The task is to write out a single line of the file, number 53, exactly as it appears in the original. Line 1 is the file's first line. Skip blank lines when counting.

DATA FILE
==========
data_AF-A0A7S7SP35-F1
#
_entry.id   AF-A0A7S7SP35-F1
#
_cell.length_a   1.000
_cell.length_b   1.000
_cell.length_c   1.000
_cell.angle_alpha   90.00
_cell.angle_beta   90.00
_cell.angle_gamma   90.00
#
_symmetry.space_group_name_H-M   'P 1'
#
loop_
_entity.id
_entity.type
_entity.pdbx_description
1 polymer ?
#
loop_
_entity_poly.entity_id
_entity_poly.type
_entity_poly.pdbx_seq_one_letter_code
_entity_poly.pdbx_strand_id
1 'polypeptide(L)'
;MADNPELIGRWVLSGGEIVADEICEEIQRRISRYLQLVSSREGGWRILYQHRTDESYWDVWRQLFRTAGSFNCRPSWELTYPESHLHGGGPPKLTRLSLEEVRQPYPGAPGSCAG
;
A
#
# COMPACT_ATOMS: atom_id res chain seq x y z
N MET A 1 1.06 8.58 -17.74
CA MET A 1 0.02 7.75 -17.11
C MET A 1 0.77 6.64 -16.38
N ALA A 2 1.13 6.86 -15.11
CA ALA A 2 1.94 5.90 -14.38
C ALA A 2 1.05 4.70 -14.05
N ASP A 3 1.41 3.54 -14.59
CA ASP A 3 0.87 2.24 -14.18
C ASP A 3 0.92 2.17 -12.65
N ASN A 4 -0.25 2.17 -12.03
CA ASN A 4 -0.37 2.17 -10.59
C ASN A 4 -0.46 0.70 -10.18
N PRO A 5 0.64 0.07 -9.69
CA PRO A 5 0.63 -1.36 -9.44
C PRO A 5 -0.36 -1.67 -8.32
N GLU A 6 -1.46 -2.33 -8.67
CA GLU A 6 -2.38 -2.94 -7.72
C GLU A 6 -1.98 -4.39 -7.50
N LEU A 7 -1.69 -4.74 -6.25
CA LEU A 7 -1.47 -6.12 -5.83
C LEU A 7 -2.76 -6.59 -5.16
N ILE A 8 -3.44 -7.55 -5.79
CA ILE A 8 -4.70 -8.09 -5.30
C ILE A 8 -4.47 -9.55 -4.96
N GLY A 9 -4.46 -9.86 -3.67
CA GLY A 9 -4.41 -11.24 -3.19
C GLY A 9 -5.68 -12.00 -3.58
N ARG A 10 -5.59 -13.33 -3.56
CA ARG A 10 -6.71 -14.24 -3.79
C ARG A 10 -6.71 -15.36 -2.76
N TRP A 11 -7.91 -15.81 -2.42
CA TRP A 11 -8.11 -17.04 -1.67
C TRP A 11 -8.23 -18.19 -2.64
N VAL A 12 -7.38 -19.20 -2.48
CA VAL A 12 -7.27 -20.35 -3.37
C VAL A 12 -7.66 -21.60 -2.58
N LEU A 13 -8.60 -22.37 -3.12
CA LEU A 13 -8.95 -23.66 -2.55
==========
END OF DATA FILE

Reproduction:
CA ILE A 8 -4.70 -8.09 -5.30